Halal food no longer a minority taste

Top chefs and food producers discover big appetite for halal meat among young, middle class Muslims.

It has always been seen as a
minority taste, dominated by specialist companies and independent
retailers and largely neglected by gourmet restaurants.

But now
the halal food market is seeing a surge of interest from mainstream
producers and top chefs who are discovering a new market among young,
middle class Muslims.

Sales of organic halal meat are up during the holy month of Ramadan, as Muslims prepare to mark the end of fasting with the festival of Eid al-Fitr this weekend.

“festivity” in Arabic, is typically celebrated with friends, family and
good food, with many Muslims cooking a feast to mark the end of a month
of abstinence from food and drink during daylight hours.

restaurants have begun offering banquets complete with non-alcoholic
cocktails to celebrate the end of abstinence and Harrods has introduced
a range of halal gift confectionery to coincide with Eid.

are an estimated 2.6 million Muslims in Britain, representing just over
3% of the population, but their appetite for meat outstrips that of the
general population.

The market for halal fresh meat is estimated at £400m, equivalent to 11% of meat sales, according to Mintel.

food chains such as KFC, McDonald’s and Domino’s Pizza are all working
on trials offering halal meat, but options for upmarket dining have
traditionally been more limited. That has now begun to change.

a stylish Indian restaurant in Kensington, central London, frequented
by well-known names including Formula One racing driver Jenson Button
and comedian Ruby Wax, has launched a range of alcohol-free cocktails
and has a wide variety of halal dishes on its menu.

Head chef
Sanjay Dwivedi said: “It’s been really busy during Ramadan and we’ve
had so many young British Muslims coming in, some of them breaking
their fast here or coming in later on to eat.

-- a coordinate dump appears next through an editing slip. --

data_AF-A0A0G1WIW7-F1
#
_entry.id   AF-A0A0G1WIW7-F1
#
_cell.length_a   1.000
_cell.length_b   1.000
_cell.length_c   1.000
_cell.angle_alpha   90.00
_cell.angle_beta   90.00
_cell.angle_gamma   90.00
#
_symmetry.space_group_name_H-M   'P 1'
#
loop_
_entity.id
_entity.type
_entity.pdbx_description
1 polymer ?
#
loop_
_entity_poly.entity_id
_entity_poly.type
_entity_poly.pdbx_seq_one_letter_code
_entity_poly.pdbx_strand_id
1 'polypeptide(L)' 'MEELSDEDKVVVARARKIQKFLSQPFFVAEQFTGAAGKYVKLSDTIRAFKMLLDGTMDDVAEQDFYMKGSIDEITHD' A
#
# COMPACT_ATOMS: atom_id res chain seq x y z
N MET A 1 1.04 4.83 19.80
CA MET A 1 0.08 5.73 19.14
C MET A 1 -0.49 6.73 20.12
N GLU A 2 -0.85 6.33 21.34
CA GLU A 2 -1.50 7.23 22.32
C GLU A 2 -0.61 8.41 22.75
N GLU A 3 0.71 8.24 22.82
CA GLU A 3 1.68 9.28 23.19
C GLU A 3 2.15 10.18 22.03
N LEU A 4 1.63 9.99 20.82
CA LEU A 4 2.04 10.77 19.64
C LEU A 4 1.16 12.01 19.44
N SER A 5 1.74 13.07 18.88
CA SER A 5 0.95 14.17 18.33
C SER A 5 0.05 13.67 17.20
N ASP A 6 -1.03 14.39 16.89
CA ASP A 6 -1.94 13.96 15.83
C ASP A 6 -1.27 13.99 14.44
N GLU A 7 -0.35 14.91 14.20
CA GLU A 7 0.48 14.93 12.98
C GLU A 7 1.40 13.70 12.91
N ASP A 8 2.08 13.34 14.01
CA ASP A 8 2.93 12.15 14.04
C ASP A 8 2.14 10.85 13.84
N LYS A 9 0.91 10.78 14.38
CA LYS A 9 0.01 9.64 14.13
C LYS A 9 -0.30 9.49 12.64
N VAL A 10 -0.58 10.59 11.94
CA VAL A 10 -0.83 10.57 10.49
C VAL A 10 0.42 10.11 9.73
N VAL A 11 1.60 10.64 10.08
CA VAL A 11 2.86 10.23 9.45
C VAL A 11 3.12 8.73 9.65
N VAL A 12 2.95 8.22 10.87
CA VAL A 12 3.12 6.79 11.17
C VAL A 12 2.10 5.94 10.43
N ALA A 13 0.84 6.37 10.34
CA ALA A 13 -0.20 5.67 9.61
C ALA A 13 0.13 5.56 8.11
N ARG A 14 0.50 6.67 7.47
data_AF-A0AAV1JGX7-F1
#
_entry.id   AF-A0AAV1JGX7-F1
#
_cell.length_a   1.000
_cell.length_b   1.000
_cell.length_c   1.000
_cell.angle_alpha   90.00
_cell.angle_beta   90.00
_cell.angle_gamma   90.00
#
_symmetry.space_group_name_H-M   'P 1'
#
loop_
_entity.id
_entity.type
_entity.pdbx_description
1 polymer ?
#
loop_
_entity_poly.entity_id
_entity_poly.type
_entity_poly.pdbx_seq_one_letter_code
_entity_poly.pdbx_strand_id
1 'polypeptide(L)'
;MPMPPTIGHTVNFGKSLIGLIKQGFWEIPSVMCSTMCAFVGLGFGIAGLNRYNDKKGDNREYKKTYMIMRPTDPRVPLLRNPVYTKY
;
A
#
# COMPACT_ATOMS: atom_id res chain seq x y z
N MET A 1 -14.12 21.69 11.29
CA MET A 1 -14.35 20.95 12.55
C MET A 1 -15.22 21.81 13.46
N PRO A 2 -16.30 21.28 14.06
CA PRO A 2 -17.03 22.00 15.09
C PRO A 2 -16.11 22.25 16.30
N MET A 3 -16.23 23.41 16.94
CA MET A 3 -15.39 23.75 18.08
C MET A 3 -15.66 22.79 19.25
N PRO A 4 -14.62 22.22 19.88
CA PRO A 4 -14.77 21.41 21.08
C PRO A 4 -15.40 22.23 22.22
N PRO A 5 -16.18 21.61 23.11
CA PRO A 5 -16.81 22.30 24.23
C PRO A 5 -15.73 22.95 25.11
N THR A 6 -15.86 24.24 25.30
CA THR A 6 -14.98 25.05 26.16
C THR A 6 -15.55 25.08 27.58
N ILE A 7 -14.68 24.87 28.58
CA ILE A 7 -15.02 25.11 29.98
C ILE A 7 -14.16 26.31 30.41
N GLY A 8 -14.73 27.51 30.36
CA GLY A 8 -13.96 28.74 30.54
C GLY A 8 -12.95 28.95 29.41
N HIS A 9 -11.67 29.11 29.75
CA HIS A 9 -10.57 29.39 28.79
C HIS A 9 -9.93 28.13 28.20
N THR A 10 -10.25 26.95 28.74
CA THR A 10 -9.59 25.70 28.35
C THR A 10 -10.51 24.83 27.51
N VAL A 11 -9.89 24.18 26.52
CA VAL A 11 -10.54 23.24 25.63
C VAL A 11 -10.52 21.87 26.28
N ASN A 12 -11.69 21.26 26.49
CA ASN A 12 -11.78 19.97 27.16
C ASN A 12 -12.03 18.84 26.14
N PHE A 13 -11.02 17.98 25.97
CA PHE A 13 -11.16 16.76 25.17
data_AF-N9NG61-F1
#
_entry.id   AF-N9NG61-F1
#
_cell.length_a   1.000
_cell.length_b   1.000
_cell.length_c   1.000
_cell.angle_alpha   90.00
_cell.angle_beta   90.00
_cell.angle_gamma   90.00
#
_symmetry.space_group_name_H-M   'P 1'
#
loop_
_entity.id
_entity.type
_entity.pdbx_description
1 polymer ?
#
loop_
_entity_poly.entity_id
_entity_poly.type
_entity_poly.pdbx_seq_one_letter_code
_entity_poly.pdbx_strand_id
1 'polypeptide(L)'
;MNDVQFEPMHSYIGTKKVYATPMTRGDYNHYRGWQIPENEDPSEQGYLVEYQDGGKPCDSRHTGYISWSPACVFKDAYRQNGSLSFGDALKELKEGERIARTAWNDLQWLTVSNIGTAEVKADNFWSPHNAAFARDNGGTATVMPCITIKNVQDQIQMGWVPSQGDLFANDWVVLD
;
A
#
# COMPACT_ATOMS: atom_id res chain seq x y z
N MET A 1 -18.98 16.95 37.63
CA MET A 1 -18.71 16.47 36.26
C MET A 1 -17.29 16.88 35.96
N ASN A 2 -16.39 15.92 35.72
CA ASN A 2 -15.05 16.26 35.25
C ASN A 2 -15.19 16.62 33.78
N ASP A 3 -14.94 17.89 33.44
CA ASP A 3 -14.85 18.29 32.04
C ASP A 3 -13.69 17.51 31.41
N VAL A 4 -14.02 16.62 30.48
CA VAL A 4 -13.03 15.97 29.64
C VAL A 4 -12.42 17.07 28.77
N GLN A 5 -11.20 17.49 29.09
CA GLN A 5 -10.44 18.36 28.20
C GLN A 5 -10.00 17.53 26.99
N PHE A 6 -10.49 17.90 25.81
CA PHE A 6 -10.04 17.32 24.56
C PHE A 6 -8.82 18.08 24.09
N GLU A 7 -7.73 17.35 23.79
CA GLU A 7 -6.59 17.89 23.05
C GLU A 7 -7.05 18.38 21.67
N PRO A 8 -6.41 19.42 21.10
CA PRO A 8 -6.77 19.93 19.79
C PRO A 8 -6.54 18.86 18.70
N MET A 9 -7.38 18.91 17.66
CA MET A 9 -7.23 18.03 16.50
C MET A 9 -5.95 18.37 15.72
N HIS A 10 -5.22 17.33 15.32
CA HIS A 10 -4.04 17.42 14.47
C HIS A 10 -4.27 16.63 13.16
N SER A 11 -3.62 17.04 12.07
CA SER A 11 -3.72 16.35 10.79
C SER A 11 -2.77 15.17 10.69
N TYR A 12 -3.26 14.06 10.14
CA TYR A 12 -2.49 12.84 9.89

“They’re all young,
professional and moneyed and all quite trendy – they’ve got disposable
incomes to go out and have really great food, and they know they can
get halal meat here.”

Awana, a Malaysian restaurant in Chelsea,
has been running a Ramadan feast menu all month, catering for the
evening meal when the daily fast is broken.

And Benares, a
Michelin-starred restaurant in Mayfair headed by chef Atul Kochhar,
serves several halal dishes, including pan-fried chicken breast, fennel
infused Kentish lamb chops and marinated free range spring chicken.

Bord’Eaux, a French restaurant at the five-star Grosvenor House hotel on Park Lane, also offers halal chicken and lamb dishes.

don’t advertise our menu as halal because some of our sauces contain
wine, but if a customer wanted us to amend a dish and have a halal
meal, we would happily accommodate them,” said restaurant manager Raoul
de Souza.

The trend extends to home cooking too. At Abraham
Natural Produce, a mail order halal meat business, orders have
increased by 40% during Ramadan as families have been planning ahead
for their Eid menus.

Duck, beef and guinea fowl have been particularly popular for customers who want a British-style roast dinner.

Sarah Carr and her husband Ali run the business, which is based in Devon.

She said: “There’s a growing awareness about animal welfare and ethical produce among all consumers, including Muslims.

lot of our clients tend to be younger Muslim professionals who have got
into organic food either because they’re foodies who watch Jamie Oliver
and Hugh Fearnley-Whittingstall, or because they feel strongly about
the ethical organic movement.

“These guys want to be able to sit
down to a nice organic Sunday roast, and get cuts of meat they can’t
normally get in your average halal butcher.”

Abraham Natural
Produce has also supplied Fearnley-Whittingstall’s restaurant, River
Cottage, in Axminster, Devon, with halal organic cuts.

A spokesman for River Cottage said: “We’ve used their halal goat meat because of the fantastic quality.

believe everyone should have access to free range and organic produce
and [it’s important] that it comes from as local a producer as possible
in season.”

Harrods’ gift confectionery, made by the Chocolate
Factory, includes boxes of sugar coated fruit pastilles and raspberry
and blackberry fruit-flavoured gums, made using halal gelatin.

Last year, the emporium launched a range of halal Belgian chocolates for Ramadan.